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What Do We Really Know About the Cross-Sectional Relation Between Past and Expected Returns?

  • Tobias J. Moskowitz


    (Graduate School of Business)

  • Mark Grinblatt


    (Finance Area)

Multihorizon temporal relationships between stock returns are complex due to confounding sources of return premia, microstructure effects, and changes in the relationship over various horizons. We find the relation to be further complicated by the sign and consistency of the past return that also varies, somewhat sensibly, with the season and the tax environment. Accounting for these additional effects using a parsimonious technical trading rule generates surprisingly large abnormal returns, despite controlling for microstructure effects, transaction costs, and date-snooping biases. The documented variation in profits across stock characteristics, season, and tax environment appears inconsistent with existing theory, but may point to future explanations for the relation between past and expected returns.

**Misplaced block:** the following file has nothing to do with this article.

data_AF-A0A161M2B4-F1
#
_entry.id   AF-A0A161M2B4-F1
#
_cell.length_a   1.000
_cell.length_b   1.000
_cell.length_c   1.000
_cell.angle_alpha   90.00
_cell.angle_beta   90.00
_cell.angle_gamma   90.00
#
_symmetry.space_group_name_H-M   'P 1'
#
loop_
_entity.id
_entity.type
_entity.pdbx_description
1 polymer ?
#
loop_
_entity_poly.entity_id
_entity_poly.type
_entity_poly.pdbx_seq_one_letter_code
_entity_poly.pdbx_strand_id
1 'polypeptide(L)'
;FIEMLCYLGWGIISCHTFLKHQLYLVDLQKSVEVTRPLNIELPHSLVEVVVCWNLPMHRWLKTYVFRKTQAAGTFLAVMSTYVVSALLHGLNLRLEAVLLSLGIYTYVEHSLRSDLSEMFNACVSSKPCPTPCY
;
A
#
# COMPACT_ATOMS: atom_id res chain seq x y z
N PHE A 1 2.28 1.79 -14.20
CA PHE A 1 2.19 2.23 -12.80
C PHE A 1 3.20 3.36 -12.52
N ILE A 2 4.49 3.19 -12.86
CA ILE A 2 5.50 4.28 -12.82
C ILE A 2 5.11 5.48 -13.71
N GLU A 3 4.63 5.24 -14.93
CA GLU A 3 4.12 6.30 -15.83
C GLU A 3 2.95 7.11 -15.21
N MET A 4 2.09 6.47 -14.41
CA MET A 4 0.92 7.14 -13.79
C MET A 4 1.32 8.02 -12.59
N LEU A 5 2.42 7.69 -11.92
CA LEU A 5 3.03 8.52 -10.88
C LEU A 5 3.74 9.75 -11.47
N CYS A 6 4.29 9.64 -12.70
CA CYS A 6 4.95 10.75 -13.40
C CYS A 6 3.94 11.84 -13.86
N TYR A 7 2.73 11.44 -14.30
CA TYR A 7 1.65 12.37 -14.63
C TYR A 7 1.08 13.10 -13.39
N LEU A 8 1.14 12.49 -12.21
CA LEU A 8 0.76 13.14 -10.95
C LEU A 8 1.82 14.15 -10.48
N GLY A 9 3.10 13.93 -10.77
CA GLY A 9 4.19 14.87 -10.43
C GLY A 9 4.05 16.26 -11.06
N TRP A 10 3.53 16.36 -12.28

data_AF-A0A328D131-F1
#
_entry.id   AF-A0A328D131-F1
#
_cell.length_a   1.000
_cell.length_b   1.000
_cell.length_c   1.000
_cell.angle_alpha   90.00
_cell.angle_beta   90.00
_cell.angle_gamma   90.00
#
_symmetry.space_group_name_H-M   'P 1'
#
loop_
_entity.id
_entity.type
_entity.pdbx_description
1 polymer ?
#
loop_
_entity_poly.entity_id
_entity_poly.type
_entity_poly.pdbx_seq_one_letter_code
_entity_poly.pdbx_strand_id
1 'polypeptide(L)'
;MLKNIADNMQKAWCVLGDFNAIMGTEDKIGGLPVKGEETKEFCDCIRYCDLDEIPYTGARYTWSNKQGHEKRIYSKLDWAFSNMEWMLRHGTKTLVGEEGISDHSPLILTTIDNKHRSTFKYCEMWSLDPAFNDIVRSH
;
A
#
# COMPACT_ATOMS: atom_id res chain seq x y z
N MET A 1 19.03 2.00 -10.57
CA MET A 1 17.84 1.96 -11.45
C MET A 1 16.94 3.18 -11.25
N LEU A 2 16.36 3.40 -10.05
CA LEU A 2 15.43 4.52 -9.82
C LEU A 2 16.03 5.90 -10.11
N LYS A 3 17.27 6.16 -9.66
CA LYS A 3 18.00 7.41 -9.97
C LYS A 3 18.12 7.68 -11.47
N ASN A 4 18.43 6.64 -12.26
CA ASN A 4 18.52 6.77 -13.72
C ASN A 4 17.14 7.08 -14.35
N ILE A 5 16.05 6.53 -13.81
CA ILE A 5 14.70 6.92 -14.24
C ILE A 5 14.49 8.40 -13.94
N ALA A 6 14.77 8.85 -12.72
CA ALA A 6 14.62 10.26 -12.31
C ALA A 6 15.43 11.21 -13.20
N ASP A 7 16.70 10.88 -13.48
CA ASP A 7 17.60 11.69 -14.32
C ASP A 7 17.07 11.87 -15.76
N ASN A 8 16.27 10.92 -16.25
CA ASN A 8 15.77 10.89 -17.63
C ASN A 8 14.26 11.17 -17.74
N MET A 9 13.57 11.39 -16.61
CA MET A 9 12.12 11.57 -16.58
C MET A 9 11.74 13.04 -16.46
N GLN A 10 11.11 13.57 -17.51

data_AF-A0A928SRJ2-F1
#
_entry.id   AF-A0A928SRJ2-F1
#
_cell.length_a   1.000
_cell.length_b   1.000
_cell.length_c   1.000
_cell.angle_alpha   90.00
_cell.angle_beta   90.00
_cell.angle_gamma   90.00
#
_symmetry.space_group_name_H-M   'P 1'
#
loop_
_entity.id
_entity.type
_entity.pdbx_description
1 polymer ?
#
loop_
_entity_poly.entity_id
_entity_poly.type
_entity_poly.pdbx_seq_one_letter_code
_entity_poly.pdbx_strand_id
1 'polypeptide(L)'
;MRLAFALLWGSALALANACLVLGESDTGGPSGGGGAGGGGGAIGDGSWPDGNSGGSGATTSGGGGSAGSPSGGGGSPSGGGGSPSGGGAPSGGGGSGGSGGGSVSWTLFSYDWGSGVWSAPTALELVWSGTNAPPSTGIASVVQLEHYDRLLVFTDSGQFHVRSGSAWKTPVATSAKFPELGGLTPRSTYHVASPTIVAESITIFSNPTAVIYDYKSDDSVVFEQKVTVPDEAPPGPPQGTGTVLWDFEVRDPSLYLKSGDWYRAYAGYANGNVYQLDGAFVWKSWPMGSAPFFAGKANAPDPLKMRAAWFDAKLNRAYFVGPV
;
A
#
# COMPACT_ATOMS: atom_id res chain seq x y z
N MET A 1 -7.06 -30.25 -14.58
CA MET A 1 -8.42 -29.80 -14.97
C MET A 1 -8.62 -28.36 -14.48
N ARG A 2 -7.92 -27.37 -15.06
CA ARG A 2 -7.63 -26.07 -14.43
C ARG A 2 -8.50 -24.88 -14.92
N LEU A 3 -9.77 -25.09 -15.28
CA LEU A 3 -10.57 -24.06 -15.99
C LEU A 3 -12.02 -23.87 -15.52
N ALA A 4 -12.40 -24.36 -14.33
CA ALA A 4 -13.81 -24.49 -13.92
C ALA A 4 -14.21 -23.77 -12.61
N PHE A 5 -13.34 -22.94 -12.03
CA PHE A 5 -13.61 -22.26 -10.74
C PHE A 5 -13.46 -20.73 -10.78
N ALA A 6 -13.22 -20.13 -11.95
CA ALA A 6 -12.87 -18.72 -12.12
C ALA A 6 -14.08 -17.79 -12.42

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Paper provided by Yale School of Management in its series Yale School of Management Working Papers with number ysm259.

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Date of creation: 25 Jan 2002
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Handle: RePEc:ysm:somwrk:ysm259
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